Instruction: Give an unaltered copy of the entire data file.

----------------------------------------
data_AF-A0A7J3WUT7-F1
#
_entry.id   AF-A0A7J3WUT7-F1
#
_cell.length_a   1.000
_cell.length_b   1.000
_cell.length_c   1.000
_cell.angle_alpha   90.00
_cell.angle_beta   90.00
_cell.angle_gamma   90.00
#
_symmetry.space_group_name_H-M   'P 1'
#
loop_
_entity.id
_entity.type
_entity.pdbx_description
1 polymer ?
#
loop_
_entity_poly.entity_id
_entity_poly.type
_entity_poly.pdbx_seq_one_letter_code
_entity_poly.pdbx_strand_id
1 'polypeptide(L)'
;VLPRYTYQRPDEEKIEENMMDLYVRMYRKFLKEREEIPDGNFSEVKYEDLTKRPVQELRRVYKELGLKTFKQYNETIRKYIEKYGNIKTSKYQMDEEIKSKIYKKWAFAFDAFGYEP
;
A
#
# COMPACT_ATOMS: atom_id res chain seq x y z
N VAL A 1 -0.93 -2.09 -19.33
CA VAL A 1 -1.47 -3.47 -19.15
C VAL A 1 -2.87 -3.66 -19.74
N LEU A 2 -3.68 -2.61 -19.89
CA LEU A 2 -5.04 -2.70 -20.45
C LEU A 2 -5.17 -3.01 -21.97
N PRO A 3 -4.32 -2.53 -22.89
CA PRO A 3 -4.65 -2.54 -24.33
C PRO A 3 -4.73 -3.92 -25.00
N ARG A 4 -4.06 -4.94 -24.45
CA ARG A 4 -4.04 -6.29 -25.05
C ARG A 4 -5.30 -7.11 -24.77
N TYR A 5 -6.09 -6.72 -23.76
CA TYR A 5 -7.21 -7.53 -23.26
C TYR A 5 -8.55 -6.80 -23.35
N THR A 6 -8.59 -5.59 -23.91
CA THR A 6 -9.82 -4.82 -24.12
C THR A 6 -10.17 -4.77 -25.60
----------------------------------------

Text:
data_AF-A0A7J3WUT7-F1
#
_entry.id   AF-A0A7J3WUT7-F1
#
_cell.length_a   1.000
_cell.length_b   1.000
_cell.length_c   1.000
_cell.angle_alpha   90.00
_cell.angle_beta   90.00
_cell.angle_gamma   90.00
#
_symmetry.space_group_name_H-M   'P 1'
#
loop_
_entity.id
_entity.type
_entity.pdbx_description
1 polymer ?
#
loop_
_entity_poly.entity_id
_entity_poly.type
_entity_poly.pdbx_seq_one_letter_code
_entity_poly.pdbx_strand_id
1 'polypeptide(L)'
;VLPRYTYQRPDEEKIEENMMDLYVRMYRKFLKEREEIPDGNFSEVKYEDLTKRPVQELRRVYKELGLKTFKQYNETIRKYIEKYGNIKTSKYQMDEEIKSKIYKKWAFAFDAFGYEP
;
A
#
# COMPACT_ATOMS: atom_id res chain seq x y z
N VAL A 1 -0.93 -2.09 -19.33
CA VAL A 1 -1.47 -3.47 -19.15
C VAL A 1 -2.87 -3.66 -19.74
N LEU A 2 -3.68 -2.61 -19.89
CA LEU A 2 -5.04 -2.70 -20.45
C LEU A 2 -5.17 -3.01 -21.97
N PRO A 3 -4.32 -2.53 -22.89
CA PRO A 3 -4.65 -2.54 -24.33
C PRO A 3 -4.73 -3.92 -25.00
N ARG A 4 -4.06 -4.94 -24.45
CA ARG A 4 -4.04 -6.29 -25.05
C ARG A 4 -5.30 -7.11 -24.77
N TYR A 5 -6.09 -6.72 -23.76
CA TYR A 5 -7.21 -7.53 -23.26
C TYR A 5 -8.55 -6.80 -23.35
N THR A 6 -8.59 -5.59 -23.91
CA THR A 6 -9.82 -4.82 -24.12
C THR A 6 -10.17 -4.77 -25.60